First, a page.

Yesterday I started reading Robert Kolker’s new book, Lost Girls: An Unsolved American Mystery. It’s a meticulously researched and truly engrossing look at the lives of four women who ended up murdered as a result of their work as Craigslist prostitutes. But more than that, it’s an account of their lives and what might have led them to such dangerous and ultimately fatal circumstances.
This is from Nina Burleigh’s review of the book for the New York Observer:
Theirs were the brutish lives of Americans born into the misery of economically and spiritually gutted small-town mid-Atlantic America. Their own mothers scraped and struggled to get by, working at Sears, casinos, Dunkin’ Donuts, motels. Fathers were absent. Grandparents, neighbors, foster parents stepped in to fill the care gap.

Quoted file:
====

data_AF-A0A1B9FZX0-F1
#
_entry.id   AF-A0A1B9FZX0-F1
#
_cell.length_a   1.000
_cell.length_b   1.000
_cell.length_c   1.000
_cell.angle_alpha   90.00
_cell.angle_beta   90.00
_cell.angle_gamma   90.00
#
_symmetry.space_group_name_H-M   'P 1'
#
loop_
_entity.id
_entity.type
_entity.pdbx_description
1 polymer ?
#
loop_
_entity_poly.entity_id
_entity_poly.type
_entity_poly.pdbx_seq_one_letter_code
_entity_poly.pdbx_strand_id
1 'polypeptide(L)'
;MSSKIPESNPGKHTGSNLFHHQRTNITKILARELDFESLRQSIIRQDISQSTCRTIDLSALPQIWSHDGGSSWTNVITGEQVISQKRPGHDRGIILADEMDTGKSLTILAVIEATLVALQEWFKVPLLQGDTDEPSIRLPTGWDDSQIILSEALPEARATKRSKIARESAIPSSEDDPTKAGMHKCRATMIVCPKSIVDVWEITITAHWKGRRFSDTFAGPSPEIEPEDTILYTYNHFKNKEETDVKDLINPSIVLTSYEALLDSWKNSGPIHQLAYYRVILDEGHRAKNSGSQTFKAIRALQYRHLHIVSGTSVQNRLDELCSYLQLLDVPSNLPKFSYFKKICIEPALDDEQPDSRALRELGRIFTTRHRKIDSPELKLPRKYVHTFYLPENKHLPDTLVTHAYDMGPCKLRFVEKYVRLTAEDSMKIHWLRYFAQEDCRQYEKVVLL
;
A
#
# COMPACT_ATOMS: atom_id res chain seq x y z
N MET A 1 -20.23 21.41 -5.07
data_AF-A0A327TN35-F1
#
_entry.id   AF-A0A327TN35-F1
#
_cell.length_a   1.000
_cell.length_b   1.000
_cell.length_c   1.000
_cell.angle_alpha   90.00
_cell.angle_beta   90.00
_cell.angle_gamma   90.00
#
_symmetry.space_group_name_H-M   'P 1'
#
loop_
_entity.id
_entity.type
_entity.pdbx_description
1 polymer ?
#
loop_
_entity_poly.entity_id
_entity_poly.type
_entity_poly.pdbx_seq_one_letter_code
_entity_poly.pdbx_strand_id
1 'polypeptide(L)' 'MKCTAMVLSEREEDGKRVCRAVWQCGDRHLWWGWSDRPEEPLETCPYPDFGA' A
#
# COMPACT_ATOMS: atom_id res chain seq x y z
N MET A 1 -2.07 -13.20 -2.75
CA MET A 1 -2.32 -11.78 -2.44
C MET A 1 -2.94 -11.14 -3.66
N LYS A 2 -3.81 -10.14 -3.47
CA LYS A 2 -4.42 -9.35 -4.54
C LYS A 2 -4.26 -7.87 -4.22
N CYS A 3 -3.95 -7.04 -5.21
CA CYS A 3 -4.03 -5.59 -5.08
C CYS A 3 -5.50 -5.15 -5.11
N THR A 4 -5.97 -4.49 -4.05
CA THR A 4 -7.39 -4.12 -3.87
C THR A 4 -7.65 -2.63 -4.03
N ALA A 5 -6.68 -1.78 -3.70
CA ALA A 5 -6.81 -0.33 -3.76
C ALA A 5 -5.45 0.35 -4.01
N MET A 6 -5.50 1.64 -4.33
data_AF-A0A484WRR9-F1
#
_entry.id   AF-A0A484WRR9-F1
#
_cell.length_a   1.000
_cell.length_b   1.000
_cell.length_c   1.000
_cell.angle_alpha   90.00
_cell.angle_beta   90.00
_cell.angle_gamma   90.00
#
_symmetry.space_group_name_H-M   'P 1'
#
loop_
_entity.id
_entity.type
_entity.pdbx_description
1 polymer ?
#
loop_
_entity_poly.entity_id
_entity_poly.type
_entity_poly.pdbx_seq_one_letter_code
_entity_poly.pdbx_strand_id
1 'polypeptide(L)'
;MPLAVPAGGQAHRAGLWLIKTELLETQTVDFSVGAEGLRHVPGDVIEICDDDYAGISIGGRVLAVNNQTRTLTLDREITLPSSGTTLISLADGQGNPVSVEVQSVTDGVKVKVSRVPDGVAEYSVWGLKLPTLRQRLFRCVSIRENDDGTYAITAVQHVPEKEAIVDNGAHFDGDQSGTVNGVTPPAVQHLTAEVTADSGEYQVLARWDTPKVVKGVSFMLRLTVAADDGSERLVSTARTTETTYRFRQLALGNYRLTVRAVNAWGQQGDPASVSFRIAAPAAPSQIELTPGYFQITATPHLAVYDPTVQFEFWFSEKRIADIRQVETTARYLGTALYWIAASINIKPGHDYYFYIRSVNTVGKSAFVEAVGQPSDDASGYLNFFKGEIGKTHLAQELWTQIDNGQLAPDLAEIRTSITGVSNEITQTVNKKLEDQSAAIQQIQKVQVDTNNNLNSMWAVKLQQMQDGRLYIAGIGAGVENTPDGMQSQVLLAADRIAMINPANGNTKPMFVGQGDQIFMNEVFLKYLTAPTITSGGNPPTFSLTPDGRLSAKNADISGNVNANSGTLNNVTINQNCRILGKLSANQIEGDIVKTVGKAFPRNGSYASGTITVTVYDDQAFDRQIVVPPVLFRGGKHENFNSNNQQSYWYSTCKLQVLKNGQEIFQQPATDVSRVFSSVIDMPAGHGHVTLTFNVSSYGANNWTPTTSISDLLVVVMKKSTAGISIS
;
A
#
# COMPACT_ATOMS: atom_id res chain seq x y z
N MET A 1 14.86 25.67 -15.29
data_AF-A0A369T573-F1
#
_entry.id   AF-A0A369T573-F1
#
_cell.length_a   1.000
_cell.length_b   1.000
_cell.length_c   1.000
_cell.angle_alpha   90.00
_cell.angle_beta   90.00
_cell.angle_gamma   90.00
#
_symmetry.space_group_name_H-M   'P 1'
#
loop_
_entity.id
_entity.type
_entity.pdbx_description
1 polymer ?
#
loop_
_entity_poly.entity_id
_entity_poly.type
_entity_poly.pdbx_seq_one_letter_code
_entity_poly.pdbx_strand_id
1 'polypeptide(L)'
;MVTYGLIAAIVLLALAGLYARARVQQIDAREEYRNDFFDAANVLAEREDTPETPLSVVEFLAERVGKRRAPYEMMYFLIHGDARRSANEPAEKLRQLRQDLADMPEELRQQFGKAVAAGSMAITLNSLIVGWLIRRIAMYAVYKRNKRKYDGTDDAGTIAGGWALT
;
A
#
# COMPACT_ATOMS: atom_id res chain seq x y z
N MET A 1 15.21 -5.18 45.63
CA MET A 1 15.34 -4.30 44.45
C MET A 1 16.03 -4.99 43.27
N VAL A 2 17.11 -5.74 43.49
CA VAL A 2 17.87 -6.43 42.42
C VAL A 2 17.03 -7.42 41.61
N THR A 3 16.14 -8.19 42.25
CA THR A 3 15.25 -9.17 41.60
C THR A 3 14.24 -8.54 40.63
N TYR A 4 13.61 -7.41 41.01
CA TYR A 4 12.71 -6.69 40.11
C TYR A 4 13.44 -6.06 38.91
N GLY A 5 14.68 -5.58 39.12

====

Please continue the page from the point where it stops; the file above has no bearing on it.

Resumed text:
They suffered from domestic chaos, emotional problems, childhood abuse, unplanned pregnancies, bad boyfriends. The hallmark of their brief adult lives was the relentless pressure to bring in money to keep a roof over their own heads and the tiny heads of the babies they produced long before they were ready.
Each of them found a way to a modicum of financial stability through Craigslist, becoming “providers,” in john-speak—selling sex to make ends meet.
This is a car-crash of a story, but the most disturbing aspect is the way authorities couldn’t have cared less about these women. The inescapable impression one takes away from Lost Girls is that police rank Craigslist prostitutes somewhere below lost dogs.